You have your risk management framework in place but what is the next step? Firstly, well done for getting this far. A lot of hard work goes into a good framework. Now you have to put it into practice.
As part of the risk management plan you will need a log of all the potential risks that might affect your business. A risk register, also known as a risk log, is an important part of a company’s risk planning and helps to fulfil many regulatory requirements. Here is some guidance on what a risk register is and how to develop one.
Risk registers are also useful when embarking on a project and will follow similar principles to an organizational risk log.
Choose a format that works for you
A risk register is a document listing all the potential risks identified as part of the risk management process. There are a number of free online templates to choose from, but it could be in a database or simply a table format or text document.
What’s in a risk register?
There is no definitive list of what should be included in a risk register, but there are some key areas to think about. A risk register, or log, is a working document and should continue to evolve as new risks arise, old ones become obsolete or you just have more information that you need to record. When the register is amended, it should be dated for version control.
- Risk category – this could be financial, reputational etc
- Risk description
- Probability of occurrence – is this a high or low risk scenario?
- Impact of risk – how each risk will affect the company which could include financial and security outcomes
- Triggers – identifying events that could lead to a risk occurring could help with prevention
- Solution for prevention – processes or fail safes put in place to avoid a risk happening
- Action if risk occurs – this could line of reporting, process review, damage limitation etc
You should also rank risks in order of severity so you know how to prioritize them. This could be through a scoring system for impact of risk and probability of occurrence. It is also important to assign a risk owner for accountability and give a unique code to make it easy to identify each risk.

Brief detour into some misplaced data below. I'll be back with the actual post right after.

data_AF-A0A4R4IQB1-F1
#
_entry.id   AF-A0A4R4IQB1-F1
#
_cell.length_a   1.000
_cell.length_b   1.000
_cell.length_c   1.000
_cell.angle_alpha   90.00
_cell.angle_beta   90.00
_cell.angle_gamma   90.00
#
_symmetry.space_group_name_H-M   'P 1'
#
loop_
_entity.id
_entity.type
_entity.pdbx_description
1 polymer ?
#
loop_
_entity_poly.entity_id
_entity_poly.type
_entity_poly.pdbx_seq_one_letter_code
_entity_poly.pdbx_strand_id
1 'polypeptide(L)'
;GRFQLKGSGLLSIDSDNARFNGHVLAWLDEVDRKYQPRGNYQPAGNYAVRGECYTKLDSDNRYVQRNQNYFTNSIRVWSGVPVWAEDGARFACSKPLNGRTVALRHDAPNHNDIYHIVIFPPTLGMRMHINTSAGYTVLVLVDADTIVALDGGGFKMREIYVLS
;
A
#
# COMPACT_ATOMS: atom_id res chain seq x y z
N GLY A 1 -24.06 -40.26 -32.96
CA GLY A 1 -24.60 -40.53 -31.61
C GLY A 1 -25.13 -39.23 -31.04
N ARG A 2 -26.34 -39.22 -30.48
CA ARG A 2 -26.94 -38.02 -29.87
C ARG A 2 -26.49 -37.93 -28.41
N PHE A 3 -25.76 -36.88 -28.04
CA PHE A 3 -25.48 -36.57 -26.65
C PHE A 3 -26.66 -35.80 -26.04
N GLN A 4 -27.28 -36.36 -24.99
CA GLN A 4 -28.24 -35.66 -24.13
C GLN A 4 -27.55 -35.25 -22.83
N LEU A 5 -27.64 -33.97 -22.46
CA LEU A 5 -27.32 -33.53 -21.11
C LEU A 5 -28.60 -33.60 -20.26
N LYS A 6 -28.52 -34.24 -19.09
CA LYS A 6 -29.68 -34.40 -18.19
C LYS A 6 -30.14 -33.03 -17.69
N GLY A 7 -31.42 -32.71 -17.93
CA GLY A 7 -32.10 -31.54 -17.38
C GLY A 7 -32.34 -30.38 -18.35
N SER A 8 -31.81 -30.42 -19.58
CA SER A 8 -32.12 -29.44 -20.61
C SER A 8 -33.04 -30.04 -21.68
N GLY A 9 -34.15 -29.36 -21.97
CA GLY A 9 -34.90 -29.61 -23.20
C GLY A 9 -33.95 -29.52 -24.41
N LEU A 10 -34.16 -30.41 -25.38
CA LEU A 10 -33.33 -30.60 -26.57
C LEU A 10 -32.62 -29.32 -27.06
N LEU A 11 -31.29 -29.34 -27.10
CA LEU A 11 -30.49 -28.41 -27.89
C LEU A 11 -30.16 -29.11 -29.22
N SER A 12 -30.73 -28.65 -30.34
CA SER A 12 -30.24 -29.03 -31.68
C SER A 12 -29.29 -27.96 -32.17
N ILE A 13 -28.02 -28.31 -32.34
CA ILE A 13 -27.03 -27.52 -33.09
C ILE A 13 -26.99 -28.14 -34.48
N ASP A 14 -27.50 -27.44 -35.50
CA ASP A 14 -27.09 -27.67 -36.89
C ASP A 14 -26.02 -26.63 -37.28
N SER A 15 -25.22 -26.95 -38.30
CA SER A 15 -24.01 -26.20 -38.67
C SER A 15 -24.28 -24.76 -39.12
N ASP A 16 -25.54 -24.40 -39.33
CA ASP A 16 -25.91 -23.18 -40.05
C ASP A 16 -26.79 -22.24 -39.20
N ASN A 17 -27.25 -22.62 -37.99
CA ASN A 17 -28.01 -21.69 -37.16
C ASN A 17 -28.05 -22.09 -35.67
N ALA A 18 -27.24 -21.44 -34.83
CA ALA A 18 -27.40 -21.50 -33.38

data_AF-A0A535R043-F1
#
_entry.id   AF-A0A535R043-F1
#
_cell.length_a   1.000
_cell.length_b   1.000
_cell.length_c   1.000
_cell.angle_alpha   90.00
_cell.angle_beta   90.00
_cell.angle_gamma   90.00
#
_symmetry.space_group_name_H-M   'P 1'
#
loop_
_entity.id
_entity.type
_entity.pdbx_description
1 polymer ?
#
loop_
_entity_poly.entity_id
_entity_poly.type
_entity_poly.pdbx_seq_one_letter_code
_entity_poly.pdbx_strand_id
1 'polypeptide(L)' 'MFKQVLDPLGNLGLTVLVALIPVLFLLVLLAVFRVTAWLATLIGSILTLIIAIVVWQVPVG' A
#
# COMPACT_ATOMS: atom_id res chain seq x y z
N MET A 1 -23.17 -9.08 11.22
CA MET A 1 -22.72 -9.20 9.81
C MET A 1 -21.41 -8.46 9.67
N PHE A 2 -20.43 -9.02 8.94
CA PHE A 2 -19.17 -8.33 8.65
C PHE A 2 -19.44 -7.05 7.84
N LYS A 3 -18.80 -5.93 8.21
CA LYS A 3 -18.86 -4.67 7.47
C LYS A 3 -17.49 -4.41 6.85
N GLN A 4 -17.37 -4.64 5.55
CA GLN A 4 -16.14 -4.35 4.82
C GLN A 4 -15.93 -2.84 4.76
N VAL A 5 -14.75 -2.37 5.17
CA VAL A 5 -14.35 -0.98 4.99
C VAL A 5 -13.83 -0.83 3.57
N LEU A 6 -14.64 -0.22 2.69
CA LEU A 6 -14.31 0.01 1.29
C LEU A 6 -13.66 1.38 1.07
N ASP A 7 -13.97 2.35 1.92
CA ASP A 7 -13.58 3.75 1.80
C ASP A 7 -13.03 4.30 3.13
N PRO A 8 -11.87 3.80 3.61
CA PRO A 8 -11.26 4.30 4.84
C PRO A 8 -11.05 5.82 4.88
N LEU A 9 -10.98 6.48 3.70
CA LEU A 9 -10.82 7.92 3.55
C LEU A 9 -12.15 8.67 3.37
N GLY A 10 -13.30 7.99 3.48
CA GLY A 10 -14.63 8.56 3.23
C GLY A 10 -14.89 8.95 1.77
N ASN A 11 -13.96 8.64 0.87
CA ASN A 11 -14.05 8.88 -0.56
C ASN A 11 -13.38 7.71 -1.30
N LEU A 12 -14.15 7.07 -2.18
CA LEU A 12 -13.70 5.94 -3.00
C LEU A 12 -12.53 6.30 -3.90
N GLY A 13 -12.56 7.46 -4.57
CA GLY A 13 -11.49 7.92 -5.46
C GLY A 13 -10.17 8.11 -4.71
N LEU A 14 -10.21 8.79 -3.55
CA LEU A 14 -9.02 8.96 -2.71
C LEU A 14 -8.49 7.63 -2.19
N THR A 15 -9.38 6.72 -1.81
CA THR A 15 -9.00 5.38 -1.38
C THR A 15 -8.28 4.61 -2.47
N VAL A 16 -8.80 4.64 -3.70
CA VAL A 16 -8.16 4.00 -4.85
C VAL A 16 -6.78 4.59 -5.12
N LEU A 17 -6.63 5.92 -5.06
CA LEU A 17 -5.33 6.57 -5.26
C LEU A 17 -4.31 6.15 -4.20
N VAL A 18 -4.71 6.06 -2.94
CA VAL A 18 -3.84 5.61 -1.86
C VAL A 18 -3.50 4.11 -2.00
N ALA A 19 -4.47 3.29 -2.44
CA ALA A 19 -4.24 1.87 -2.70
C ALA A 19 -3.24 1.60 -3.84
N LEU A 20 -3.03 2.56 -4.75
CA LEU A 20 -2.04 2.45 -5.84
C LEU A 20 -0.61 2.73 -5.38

Identifying all potential risks is no easy task. Many risks will be highlighted through the risk management framework and planning process. (Read our article on developing an enterprise risk management framework). Others will need input from teams around the company, including management. In reality the head of finance should know about financial risks and the head of marketing should have an idea of reputational risks, so get people involved.
An example of a risk could be a cyber attack on the company’s IT network. The probability of occurrence might be quite low but the impact could be catastrophic with customer, financial or patented technology taken. Therefore, you might rank this risk as high priority. Your solution could include investing in the best security infrastructure, employing a dedicated IT person and ensuring all software updates are carried out.
Don't Become Complacent
After many years in risk management I have seen some companies compile risk registers but not refer back to them or not use them as part of their risk management planning. Risk management is about mitigating risks and impact of risks on a business. It is so important not to become complacent with risks that could have catastrophic effects on your business.